Almost the entire Harris County Democratic legislative delegation has asked Harris County District Attorney Kim Ogg and County Attorney Vince Ryan to investigate a ghost candidate who appeared on the March 3 ballot for the Texas Democratic primary.
State Rep. Harold Dutton, a Houston Democrat representing House District 142, and one of the longest-serving members of the Texas House, currently serving his 17th term, ran against Natasha Ruiz — but he didn’t know who she was.
Ruiz, the only female name in that race, snagged 20 percent of the votes — only without a campaign and never to be seen, RA News previously reported.
The results led to a runoff between Dutton, who finished first with 45 percent, and Houston City Council Member Jerry Davis, who received 25 percent. Now instead of May, the runoff is set for mid-July.
The letter signed by every delegation member except Dutton reads: “We are concerned that more than 2,500 Harris County voters may have been duped into voting for a nonexistent candidate, a serious theft of those voters’ most important right, and three legitimate candidates were harmed by the crimes committed.”
Ogg’s office has responded and referred the matter to the public corruption division, the Texas Tribune reported.
“Please be assured that the protection of our democratic election process, along with enforcement of all related laws, is a top priority for my administration and that your complaint will be addressed by this office,” the DA’s response to the delegation read.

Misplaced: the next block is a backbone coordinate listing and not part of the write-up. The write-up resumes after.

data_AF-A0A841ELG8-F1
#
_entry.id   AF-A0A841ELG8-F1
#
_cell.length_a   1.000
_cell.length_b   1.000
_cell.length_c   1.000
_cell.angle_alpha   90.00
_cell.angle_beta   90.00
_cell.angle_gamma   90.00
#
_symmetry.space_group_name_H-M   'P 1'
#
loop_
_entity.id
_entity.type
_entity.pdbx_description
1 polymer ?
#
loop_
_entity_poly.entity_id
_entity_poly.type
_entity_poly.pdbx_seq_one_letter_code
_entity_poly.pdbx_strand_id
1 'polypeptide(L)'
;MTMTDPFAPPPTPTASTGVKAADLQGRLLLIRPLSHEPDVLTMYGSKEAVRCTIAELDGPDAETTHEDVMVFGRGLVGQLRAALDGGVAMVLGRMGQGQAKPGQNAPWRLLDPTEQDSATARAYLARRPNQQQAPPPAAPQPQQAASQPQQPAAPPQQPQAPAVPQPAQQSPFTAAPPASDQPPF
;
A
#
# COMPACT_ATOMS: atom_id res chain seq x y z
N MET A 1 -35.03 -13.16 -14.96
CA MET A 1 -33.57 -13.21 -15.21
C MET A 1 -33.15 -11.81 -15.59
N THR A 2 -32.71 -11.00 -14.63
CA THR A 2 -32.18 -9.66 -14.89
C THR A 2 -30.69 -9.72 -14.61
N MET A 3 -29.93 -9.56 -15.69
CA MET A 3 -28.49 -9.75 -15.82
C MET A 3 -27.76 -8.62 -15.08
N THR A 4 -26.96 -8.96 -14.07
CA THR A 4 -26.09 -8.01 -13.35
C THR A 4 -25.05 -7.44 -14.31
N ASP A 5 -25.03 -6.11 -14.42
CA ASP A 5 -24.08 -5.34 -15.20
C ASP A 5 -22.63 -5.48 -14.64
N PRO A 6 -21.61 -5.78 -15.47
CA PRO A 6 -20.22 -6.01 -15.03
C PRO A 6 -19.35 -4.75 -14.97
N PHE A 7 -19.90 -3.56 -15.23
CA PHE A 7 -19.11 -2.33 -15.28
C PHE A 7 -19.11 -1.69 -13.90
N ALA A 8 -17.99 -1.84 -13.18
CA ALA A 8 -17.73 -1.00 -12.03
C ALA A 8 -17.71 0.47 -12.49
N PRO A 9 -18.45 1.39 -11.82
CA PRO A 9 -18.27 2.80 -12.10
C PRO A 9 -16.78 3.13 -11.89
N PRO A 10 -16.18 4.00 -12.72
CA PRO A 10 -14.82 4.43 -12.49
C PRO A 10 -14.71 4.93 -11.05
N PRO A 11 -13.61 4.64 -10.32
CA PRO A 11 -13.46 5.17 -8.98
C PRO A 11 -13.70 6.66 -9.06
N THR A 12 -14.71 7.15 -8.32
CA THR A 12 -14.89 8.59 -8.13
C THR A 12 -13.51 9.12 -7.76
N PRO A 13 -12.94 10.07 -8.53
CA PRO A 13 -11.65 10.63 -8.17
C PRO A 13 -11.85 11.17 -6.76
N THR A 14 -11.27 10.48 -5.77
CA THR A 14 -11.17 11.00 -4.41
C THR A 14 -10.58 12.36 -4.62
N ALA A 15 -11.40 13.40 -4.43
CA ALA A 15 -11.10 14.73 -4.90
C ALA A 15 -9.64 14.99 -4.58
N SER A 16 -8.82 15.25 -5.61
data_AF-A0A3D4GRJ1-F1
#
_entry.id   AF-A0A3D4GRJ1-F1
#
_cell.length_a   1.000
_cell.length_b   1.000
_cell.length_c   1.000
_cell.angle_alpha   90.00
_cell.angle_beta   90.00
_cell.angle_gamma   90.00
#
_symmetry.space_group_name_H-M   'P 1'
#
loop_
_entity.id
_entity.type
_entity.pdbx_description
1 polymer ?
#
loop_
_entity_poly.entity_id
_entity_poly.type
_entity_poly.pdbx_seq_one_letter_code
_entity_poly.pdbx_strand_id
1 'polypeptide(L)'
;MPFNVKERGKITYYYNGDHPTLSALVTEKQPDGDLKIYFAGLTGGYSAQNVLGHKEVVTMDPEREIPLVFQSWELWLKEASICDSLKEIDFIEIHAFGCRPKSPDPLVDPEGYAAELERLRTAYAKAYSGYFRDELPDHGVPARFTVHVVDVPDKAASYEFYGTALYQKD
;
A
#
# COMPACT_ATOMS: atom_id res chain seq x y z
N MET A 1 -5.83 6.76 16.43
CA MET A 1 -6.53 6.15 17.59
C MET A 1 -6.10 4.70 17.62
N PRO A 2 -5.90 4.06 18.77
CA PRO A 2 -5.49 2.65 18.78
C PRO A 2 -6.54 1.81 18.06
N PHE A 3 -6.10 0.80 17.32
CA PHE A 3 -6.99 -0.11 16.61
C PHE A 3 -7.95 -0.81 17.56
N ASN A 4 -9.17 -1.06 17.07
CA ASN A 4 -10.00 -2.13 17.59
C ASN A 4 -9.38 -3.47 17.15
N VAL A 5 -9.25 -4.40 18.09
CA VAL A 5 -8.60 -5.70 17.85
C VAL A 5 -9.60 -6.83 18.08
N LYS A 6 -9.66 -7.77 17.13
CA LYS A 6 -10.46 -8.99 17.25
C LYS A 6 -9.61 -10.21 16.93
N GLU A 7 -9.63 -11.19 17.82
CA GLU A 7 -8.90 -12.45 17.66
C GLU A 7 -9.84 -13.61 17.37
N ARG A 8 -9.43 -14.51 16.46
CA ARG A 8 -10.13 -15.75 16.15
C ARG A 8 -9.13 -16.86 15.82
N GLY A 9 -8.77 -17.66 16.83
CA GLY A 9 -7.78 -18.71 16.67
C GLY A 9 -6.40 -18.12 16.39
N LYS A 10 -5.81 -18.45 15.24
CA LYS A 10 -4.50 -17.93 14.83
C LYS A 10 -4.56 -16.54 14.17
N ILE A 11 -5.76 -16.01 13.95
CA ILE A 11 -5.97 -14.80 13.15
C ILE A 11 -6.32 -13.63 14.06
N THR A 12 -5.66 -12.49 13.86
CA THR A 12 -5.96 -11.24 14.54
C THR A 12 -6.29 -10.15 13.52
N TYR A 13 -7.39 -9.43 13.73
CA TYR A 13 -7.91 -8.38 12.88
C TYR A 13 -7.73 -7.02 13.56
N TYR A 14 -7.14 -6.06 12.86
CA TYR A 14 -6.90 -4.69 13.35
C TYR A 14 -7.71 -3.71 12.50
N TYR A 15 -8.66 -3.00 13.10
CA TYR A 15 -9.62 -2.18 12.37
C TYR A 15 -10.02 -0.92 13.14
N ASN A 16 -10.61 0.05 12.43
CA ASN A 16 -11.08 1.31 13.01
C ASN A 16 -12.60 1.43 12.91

In March, when asked who Natasha Ruiz is, Dutton told ABC13, “We’ve never seen them, we’ve never talked to them. They never showed up. They don’t have a sign. They don’t seem to be a real person.”
#Breaking: Texas Coalition of Black Dems & @NAACPHOU ask @kimoggforda to open a criminal investigation into a possible ghost candidate that forced @RepHaroldDutton into a #txlege runoff. #abc13 background: @here https://t.co/U9HvS6l6S8 pic.twitter.com/18ze4uUvaA— Miya Shay (@ABC13Miya) April 8, 2020
After ABC13 called the phone number that was filed with the Texas Ethics Commission on Ruiz’s paperwork, the woman who answered the phone did say her name was Natasha, but her last name wasn’t Ruiz, she didn’t even live in Texas, and she is a truck driver living in Colorado.There were other sketchy details. The signature of Ruiz on the Treasurer document is markedly different than the one on the candidate filing document.